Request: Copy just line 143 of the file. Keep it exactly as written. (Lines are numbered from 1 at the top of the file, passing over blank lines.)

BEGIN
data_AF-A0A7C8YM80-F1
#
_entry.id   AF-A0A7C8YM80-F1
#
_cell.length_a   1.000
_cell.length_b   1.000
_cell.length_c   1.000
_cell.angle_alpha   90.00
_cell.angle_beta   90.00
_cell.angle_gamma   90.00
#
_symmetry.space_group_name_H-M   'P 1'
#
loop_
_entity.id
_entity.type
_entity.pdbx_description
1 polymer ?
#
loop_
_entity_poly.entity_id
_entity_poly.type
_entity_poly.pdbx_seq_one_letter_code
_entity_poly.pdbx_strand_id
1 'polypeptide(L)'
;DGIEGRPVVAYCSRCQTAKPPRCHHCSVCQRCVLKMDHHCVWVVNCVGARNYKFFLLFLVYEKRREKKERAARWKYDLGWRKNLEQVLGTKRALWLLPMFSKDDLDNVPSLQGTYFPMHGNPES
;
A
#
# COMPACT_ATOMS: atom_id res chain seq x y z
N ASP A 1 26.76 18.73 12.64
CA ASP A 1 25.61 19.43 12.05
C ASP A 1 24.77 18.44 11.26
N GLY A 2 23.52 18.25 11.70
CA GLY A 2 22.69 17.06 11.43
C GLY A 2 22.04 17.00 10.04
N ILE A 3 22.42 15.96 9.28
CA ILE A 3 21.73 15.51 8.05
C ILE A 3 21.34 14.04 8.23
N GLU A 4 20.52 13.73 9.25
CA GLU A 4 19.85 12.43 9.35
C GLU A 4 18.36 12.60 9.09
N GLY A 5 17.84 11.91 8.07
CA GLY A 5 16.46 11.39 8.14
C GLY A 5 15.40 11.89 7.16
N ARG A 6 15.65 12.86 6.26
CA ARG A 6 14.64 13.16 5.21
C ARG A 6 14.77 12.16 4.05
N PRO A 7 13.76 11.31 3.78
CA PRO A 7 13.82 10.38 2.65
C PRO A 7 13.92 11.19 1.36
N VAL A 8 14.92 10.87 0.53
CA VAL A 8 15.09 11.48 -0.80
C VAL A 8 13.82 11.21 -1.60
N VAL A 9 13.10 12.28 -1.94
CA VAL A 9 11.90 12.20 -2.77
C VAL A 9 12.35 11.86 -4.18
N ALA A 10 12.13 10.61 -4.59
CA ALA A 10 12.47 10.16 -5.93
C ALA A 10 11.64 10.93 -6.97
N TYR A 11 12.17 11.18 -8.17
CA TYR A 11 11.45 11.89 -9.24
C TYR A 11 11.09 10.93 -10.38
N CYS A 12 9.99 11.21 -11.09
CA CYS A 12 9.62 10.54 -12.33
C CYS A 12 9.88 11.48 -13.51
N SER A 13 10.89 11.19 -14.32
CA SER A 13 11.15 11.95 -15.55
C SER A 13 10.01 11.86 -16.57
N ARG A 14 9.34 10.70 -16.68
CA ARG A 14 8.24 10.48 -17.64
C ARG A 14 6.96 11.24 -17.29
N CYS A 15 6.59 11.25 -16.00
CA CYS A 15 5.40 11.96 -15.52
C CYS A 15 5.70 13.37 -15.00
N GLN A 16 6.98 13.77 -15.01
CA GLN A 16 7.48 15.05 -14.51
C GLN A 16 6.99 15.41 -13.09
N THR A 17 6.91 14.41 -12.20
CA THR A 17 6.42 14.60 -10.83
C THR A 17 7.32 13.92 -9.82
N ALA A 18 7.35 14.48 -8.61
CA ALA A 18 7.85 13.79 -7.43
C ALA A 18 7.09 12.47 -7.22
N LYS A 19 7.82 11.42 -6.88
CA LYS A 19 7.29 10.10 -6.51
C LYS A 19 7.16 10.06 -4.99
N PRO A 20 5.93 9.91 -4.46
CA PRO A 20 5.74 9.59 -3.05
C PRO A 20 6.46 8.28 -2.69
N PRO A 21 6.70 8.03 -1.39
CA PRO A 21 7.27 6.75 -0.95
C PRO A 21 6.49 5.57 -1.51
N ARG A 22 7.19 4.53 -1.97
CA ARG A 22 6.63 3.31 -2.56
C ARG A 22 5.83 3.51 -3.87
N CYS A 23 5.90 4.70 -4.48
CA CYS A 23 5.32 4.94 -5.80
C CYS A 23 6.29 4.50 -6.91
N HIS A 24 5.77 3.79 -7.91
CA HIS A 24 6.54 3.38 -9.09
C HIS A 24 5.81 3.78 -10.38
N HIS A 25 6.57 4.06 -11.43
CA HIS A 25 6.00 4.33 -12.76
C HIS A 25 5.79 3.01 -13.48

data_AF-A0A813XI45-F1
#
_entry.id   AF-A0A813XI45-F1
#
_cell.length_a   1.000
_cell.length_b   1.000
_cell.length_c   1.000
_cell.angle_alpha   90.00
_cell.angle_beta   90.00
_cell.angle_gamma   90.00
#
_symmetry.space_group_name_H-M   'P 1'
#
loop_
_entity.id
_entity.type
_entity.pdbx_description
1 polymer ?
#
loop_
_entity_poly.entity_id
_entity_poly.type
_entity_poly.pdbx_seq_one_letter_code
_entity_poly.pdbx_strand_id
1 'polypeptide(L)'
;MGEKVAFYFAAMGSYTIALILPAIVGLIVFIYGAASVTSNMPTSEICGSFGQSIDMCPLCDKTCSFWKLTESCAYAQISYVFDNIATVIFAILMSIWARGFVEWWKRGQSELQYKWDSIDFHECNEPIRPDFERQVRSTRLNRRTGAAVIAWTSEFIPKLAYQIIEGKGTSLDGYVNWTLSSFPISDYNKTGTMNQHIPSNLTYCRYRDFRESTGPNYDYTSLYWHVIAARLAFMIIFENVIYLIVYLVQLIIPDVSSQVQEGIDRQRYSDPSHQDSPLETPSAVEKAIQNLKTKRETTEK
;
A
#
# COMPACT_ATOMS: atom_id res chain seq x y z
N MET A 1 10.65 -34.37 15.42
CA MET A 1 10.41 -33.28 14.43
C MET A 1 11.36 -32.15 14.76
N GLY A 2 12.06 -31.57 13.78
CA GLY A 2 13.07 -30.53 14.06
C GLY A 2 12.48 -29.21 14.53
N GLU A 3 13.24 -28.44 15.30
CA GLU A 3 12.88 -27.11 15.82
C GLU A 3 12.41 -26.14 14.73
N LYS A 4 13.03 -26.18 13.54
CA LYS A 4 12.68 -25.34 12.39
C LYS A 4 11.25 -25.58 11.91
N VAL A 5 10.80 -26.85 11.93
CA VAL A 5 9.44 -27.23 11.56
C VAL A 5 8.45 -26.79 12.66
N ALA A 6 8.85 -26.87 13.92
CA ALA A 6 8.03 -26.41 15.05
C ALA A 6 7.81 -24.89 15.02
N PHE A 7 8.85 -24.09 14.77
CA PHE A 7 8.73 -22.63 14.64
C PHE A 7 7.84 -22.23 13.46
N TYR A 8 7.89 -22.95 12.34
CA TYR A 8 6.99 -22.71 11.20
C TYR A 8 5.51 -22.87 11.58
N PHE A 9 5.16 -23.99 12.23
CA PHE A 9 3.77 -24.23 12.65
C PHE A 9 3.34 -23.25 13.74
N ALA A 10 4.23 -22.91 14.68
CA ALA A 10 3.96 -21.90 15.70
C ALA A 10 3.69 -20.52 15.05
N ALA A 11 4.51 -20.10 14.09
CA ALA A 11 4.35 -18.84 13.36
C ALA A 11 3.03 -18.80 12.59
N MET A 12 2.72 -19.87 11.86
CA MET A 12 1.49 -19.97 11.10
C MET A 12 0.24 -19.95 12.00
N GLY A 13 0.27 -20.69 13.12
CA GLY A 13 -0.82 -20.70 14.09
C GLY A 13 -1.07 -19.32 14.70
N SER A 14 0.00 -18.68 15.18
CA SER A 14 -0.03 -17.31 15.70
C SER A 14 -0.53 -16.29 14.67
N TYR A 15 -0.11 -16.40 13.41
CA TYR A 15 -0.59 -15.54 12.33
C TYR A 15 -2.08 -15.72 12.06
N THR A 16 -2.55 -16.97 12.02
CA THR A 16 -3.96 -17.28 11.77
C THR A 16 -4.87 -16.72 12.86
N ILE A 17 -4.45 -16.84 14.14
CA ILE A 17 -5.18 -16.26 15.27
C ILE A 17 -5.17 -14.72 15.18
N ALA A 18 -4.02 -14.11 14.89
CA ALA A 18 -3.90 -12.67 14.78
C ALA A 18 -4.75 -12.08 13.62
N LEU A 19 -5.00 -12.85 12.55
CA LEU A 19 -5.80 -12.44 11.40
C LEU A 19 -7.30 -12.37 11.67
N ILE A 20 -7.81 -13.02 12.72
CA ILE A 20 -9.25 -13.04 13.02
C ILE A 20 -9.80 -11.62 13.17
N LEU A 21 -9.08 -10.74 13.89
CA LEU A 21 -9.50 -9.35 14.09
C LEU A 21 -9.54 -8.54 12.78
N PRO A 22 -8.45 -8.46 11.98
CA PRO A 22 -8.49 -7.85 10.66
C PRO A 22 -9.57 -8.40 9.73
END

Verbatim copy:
CA GLU A 3 12.88 -27.11 15.82